What If? Cognitive Distortions and How to Combat Them
I currently participate in Cognitive Behavioral Therapy, a form of treatment that examines relationships between thoughts, feelings, and behaviors.
Our main man here at PsychCentral.com, Dr. John Grohol, wrote an article about 15 Cognitive Distortions, which are ways our mind convinces us of something that isn’t true.
In therapy, I examine the popular cognitive distortions, learn to recognize when I do them, and in turn, try to eradicate them as recurring thought patterns.
Months of analysis determined that “jumping to conclusions”, also called “fortune telling”, is my “favorite” cognitive distortion.
I do it all the time—I assume I know what people are thinking and feeling, and why they act the way they do.
I think I am able to determine what people think about me.
One of the things people do when they jump to conclusions or fortune-tell is conclude that someone is reacting negatively toward them without bothering to see if their assumption is correct.
Another way to engage in fortune telling is to anticipate things will turn out badly, convinced that the negative prediction is actually fact.
Here are some of the errors I catch myself in frequently:
- My husband is irritated/annoyed/impatient with me
- My boss is stressed out because of me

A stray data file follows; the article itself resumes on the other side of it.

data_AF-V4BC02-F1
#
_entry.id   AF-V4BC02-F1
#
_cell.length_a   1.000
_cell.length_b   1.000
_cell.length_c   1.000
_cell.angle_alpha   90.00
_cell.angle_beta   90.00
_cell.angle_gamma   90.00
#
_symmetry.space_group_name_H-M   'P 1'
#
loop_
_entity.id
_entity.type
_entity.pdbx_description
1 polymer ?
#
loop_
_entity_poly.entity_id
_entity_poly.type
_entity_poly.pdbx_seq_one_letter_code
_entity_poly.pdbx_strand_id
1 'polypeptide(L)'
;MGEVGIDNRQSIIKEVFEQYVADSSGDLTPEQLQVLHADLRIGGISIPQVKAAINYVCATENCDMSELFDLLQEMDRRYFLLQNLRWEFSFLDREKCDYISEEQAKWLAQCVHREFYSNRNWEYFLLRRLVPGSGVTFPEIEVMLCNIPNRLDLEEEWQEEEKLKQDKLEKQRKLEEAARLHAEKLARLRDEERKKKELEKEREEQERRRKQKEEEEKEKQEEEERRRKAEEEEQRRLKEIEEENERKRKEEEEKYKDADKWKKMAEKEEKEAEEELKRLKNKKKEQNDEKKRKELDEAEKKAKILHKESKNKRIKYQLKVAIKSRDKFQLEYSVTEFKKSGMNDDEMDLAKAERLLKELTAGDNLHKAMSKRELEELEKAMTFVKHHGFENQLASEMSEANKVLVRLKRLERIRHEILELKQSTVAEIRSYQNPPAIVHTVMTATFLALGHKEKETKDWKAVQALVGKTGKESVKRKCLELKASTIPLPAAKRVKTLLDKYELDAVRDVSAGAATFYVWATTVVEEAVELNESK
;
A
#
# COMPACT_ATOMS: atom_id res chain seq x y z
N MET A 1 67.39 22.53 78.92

- The [insert social event here] is going to be terrible
- The restaurant is going to be too crowded
- Those people don’t like me
- I’m being ignored (if my texts or phone calls aren’t answered)
And the list goes on!
My main weakness is fortune telling, but I also frequently engage in catastrophizing, polarized or “black and white” thinking, filtering, personalization, and should statements!
Assuming people think negatively of me has an effect on my self esteem and also affects how I feel about social situations and people in general.
Projecting that a social event will turn out negatively increases my anxiety and reinforces my desire to avoid social events.
So, What Can We Do About Them?
I’m not going to lie—it takes hard work to lessen these cognitive distortions. I don’t even know if it’s possible to eradicate them completely—I haven’t been able to get that far.
However, therapists, counselors, workbooks, and other materials can help you recognize the cognitive distortions, figure out which ones are issues for you, and learn how to keep them at bay and replace them with positive thoughts.
Approaches that help me:
- What is the evidence for or against this thought?
- What would I tell a friend with the same concern?
- What is the worst that can realistically happen? How bad would that be?
- Are there any other explanations?
- Will this affect me in a day, week, or year?
- Is this situation in my control? What can I do that is under my control?
The first step to combating cognitive distortions is recognizing which ones are negatively affecting us. Many times we are unaware that we are even doing them; they become automatic thoughts.
If you think cognitive distortions are negatively affecting your life, one option is using a CBT tool to help examine your negative thoughts and behaviors.
What cognitive distortion do you think affects you the most? Here is a list of 50 of them!
Dawkins, K. (2013). What If? Cognitive Distortions and How to Combat Them. Psych Central. Retrieved on October 1, 2016, from http://blogs.psychcentral.com/bipolar-life/2013/08/cognitive-distortions/